I hope that explanation makes sense, because I’m here to “break the resumeta” in the same way the hammer would. What this means is that I’ll be looking at examples of the “tier 1” resumés that got members of the industry I’m covering their jobs, really study them, and then provide you guys advice as to how to one-up (gaming industry term!) those exact kind of resumés! Now, tier 1 resumés are whatever is on the first page of Google Images. Let’s see what “gaming industry resumés” are at the top of the tier lists.
This is the very first resumé that shows up when you search “gaming industry resume”, and my god it could not be more boring. We can’t say for certain what job our friend Douglas was looking for, but based on the experience and education listed, it’s probably for a position as a game company’s historian. Which, despite the name, does advertising? Man, the anime club really screwed up its position-naming.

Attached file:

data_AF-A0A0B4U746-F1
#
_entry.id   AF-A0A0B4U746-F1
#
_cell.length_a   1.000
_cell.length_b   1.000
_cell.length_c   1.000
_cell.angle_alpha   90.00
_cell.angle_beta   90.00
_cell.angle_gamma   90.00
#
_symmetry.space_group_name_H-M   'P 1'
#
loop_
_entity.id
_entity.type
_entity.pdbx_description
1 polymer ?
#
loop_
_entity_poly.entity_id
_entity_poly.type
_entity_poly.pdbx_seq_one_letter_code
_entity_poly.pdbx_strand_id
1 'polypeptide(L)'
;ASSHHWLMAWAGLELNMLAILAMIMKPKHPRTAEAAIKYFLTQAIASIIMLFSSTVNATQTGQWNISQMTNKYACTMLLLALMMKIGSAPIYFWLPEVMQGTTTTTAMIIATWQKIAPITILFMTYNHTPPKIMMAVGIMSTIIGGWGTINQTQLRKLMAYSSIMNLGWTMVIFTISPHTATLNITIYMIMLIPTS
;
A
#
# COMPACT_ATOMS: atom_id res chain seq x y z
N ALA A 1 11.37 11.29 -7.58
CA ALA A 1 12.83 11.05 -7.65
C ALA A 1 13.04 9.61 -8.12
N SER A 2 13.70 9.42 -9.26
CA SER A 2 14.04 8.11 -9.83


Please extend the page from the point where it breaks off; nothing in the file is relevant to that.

Now, as with all tier 1 playstyles, there are weaknesses in Douglas’ resumé that we can exploit to make our resumé stand out among the sea of similar resumés. The first place to start is the file name. I would bet 100 gil or zenny or coins or rupees that Doug named his file something boring like “Douglas M. Moore Advertising Resumé 2016”. Which is functional but so lame. You’re applying for the games’ industry, man! Spice it up. I recommend to name your resumés in the same format as a video game save file. My personal favorite type of save file formats are those classic RPG ones that go “File Name – Character Level – Time Played – Location”. Here’s an example of a good gaming industry resumé file name.